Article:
It comes at a time of continued controversy over assisted dying in Britain. A steady flow of people from this country travel to die legally at the Dignitas clinic in Switzerland, and judges and the courts appear to be leaning in favour of making it legal to help someone to die.

Details of the Dutch case were released by authorities anxious to justify euthanasia laws and to demonstrate that mercy killings are carried out under full and correct medical supervision.

The papers said that the woman, who was killed last year, had post-traumatic stress disorder that was resistant to treatment. Her condition included severe anorexia, chronic depression and suicidal mood swings, tendencies to self-harm, hallucinations, obsessions and compulsions.

She also had physical difficulties and was almost entirely bedridden. Her psychiatrist said ‘there was no prospect or hope for her. The patient experienced her suffering as unbearable’.

However, the papers also disclosed that two years before her death the woman’s doctors called for a second opinion, and on the advice of the new doctors she had an intensive course of trauma therapy. ‘This treatment was temporarily partially successful,’ the documents said.
READ MORE: http://www.dailymail.co.uk/news/article-3583783/Sex-abuse-victim-20s-allowed-choose-euthanasia-Holland-doctors-decided-post-traumatic-stress-conditions-uncurable.html

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Death on Demand True Euthanasia Movement Goal

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National Review 5 December 2016
Family First Comment: Wesley Smith is one of the best researchers and writers on this issue in the world. And of course he is once again right. Many key proponents of assisted suicide ultimately want simply a right to sucide. End story. #scary #chooselife

Australia’s Philip Nitschke is the euthanasia movement’s most candid advocate.
While most euthanasia/assisted suicide promoters pretend the movement is mostly about ending the suffering of those with terminal illnesses–a demonstrably fake limitation to get people to swallow the cultural hemlock of “death with dignity”–Nitschke bluntly states euthanasia should be available to all without regard to cause.
Indeed, in 2001, he told Kathryn Jean Lopez, he would like to make suicide pills available in supermarkets, including to “troubled teens:
” So all people qualify, not just those with the training, knowledge, or resources to find out how to “give away” their life. And someone needs to provide this knowledge, training, or recourse necessary to anyone who wants it, including the depressed, the elderly bereaved, [and] the troubled teen.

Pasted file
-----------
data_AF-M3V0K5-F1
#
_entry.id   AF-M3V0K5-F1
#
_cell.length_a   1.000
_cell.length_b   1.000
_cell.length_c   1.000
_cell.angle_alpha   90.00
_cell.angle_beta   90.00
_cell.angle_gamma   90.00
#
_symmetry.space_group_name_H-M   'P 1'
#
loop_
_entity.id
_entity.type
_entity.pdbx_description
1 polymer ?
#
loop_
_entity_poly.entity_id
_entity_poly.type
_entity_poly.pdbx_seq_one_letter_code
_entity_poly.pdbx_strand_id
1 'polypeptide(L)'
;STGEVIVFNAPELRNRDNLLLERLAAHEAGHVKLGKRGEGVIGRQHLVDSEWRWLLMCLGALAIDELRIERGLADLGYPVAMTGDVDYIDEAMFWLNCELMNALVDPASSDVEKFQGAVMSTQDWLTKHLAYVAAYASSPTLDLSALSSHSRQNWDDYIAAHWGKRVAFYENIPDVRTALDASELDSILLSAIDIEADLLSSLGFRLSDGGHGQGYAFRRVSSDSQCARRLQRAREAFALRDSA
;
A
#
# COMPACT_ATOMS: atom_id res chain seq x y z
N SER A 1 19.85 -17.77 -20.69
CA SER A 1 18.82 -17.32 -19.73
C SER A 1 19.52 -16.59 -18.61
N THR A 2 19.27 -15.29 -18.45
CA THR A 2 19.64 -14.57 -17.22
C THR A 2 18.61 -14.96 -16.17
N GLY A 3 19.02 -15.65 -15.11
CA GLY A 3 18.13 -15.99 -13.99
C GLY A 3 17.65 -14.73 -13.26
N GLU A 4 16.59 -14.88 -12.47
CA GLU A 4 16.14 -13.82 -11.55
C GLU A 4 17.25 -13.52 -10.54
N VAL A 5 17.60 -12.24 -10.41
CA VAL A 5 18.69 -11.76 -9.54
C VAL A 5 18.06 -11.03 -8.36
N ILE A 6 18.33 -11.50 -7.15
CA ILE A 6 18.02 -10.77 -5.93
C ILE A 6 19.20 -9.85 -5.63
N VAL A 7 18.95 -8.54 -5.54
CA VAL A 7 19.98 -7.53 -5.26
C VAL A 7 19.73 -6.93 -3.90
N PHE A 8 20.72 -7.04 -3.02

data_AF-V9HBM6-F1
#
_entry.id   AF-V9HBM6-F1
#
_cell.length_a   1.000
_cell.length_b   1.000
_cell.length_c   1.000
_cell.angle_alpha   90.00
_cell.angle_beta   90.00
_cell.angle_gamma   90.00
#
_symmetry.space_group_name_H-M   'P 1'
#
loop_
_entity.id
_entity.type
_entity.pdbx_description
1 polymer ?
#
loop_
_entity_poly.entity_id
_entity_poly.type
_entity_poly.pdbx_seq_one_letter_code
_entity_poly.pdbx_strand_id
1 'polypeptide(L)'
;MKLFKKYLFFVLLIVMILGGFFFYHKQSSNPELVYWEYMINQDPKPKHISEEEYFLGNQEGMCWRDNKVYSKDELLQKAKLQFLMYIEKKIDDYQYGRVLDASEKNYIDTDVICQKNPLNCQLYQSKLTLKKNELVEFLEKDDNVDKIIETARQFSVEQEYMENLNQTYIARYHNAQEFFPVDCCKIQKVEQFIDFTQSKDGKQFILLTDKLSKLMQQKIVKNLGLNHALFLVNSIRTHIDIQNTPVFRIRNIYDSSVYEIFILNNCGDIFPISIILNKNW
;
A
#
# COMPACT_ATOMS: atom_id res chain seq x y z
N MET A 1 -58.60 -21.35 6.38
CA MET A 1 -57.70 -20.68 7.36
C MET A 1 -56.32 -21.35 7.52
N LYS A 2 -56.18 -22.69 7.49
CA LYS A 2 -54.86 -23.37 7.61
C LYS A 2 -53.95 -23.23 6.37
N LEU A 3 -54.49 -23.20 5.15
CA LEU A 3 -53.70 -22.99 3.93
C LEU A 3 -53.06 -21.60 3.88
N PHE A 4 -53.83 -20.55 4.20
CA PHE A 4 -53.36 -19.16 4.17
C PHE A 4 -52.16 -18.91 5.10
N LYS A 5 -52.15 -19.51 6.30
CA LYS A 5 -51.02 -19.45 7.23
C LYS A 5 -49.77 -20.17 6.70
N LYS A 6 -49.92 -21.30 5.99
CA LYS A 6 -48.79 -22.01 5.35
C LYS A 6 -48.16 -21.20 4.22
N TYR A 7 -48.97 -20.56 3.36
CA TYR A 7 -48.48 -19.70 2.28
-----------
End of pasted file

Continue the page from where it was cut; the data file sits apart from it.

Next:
If we are to remain consistent and we believe that the individual has the right to dispose of their life, we should not erect artificial barriers in the way of sub-groups who don’t meet our criteria.
Fast forward fifteen years, and Nitschke’s tune hasn’t changed. Now, he’s starting an advocacy group that candidly will call for death on demand. From The Guardian story:
Exit Action said it would take “a militant pro-euthanasia position” to coordinate direct action strategies and force legislative change.
“Exit Action is critical of the ‘medical model’ that sees voluntary euthanasia as a privilege given to the very sick by the medical profession,” the organisation said.
“The standard approach for years has been to get the very sick to tell their stories of suffering to the public and politicians, in the hope that politicians might take pity and change the law.”
“Exit Action believes that a peaceful death, and access to the best euthanasia drugs, is a right of all competent adults, regardless of sickness or permission from the medical profession.”
Please understand, Nitschke is not an euthanasia outlaw disdained by his fellow travelers. Indeed, he enjoys something of a cult status among euthanasia camp followers.
Nitschke has often been a featured speaker at international pro-euthanasia symposia, His only sin, in the eyes of movement leaders, is excess candor. For political reasons, they want to pretend that euthanasia will remain a limited option rather than the wide-open death agenda we see developing already.
READ MORE: http://www.nationalreview.com/corner/442766/death-demand-true-euthanasia-movement-goal

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Woman taken off life support lives to tell amazing story

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CBS5AZ 4 March 2016
Family First Comment: Lyndee has a message for people who have, and maybe one day will have, loved ones hospitalized, physically not responding. “Just because you are not conscious does not mean you cannot hear,” she said. “So you should talk to your loved ones if you are in that situation. They hear you.”